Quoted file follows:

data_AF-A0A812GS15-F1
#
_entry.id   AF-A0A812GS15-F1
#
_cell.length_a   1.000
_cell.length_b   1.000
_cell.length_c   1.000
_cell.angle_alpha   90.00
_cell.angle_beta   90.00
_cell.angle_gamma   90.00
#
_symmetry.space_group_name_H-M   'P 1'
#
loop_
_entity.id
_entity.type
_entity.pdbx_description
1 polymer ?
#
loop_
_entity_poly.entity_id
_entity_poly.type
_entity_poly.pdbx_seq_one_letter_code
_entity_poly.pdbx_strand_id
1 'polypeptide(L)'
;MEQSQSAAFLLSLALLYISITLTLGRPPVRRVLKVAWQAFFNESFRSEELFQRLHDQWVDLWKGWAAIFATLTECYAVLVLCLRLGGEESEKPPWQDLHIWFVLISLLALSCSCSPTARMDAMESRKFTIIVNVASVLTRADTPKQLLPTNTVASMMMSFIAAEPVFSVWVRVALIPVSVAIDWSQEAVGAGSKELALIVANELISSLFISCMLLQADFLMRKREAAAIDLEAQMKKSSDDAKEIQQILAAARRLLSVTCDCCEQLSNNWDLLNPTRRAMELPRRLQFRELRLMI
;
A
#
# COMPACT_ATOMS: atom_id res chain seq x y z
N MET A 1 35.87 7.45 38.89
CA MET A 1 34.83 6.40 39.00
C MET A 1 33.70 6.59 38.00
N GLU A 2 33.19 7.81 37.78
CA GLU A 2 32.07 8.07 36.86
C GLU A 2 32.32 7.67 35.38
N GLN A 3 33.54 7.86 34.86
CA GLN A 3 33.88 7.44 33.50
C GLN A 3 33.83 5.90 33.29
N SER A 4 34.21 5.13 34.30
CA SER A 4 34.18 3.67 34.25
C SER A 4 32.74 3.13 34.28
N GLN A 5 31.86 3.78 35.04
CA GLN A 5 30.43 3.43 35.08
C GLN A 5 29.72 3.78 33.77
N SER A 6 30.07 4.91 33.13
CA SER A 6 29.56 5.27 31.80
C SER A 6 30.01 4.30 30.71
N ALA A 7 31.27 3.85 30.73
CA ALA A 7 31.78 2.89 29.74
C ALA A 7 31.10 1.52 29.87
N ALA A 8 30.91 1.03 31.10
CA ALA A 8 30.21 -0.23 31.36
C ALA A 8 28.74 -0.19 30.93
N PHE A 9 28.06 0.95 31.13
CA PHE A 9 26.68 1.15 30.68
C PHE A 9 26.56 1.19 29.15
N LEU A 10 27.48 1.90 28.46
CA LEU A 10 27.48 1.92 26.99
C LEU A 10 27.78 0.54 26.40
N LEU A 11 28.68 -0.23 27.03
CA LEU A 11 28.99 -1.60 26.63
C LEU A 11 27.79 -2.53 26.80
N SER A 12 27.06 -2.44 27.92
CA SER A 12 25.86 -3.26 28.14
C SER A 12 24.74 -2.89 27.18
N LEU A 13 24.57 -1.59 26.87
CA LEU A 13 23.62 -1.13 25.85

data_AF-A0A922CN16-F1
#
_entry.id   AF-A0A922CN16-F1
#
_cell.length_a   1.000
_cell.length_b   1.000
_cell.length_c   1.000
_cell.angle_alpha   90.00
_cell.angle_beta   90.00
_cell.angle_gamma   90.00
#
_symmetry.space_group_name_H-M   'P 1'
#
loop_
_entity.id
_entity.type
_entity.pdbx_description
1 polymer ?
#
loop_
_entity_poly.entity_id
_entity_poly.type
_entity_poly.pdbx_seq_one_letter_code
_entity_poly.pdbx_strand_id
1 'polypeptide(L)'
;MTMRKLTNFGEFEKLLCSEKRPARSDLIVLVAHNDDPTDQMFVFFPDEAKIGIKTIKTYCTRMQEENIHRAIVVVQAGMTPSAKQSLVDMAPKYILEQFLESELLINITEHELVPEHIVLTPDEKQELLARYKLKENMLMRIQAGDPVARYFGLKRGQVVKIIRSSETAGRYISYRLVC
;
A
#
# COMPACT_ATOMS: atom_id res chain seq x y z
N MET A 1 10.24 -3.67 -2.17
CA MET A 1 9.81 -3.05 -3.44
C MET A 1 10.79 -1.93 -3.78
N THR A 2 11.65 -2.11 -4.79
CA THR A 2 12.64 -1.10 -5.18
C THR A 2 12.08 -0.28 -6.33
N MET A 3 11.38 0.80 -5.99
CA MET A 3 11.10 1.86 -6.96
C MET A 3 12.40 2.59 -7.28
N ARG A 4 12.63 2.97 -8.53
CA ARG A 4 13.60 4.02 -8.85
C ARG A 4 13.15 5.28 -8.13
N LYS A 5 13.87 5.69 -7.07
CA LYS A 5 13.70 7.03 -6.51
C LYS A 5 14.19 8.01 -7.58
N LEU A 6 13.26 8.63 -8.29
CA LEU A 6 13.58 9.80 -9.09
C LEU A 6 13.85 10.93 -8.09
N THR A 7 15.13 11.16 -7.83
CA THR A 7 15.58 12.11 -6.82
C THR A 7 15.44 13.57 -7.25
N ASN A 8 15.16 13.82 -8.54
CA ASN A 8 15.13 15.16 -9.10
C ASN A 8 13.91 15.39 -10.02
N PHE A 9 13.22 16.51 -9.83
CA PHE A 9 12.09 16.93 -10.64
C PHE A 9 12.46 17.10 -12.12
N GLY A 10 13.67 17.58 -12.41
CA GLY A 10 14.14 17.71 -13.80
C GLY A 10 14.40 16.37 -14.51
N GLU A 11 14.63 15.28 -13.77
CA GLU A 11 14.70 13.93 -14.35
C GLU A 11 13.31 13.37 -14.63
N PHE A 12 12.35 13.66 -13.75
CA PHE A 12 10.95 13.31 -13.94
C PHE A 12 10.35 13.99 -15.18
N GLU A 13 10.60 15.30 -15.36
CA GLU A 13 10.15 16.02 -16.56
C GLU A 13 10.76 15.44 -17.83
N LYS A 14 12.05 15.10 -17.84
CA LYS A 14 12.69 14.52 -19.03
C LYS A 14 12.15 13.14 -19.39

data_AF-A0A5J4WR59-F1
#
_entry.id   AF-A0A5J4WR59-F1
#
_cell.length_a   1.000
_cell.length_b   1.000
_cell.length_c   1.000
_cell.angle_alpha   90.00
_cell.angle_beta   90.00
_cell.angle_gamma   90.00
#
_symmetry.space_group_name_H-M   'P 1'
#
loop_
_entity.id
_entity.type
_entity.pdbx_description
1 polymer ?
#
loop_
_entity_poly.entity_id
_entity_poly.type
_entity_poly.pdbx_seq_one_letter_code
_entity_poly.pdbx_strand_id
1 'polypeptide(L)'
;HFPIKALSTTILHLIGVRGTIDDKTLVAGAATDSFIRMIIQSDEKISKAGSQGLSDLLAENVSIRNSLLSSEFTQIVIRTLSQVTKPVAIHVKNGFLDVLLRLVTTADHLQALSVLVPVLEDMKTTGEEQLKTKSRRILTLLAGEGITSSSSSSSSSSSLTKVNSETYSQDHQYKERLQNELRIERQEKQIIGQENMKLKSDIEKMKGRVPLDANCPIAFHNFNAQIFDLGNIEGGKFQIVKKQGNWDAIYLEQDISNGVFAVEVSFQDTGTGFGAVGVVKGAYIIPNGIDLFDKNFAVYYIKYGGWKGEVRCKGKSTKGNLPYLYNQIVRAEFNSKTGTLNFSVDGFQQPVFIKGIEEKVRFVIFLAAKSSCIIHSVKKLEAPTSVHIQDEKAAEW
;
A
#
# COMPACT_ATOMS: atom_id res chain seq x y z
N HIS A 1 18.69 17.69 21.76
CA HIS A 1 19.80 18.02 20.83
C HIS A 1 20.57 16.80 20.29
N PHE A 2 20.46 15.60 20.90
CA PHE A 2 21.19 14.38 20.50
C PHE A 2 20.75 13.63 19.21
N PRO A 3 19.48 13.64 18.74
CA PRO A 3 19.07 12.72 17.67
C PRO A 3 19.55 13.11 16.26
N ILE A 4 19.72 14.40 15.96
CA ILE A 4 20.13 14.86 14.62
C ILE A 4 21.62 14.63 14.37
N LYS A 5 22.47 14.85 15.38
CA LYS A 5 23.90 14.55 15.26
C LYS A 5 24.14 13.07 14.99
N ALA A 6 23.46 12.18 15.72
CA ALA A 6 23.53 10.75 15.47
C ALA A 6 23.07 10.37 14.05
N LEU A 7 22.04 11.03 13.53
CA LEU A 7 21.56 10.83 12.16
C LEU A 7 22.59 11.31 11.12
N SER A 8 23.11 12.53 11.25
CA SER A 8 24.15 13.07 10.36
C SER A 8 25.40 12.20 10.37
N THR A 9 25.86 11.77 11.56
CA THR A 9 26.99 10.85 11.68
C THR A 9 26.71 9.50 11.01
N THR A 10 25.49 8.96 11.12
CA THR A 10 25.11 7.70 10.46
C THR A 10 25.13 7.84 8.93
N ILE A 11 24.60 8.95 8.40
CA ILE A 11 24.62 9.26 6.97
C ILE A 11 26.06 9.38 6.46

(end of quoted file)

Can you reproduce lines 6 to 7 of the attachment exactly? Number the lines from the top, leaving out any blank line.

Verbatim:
_cell.length_b   1.000
_cell.length_c   1.000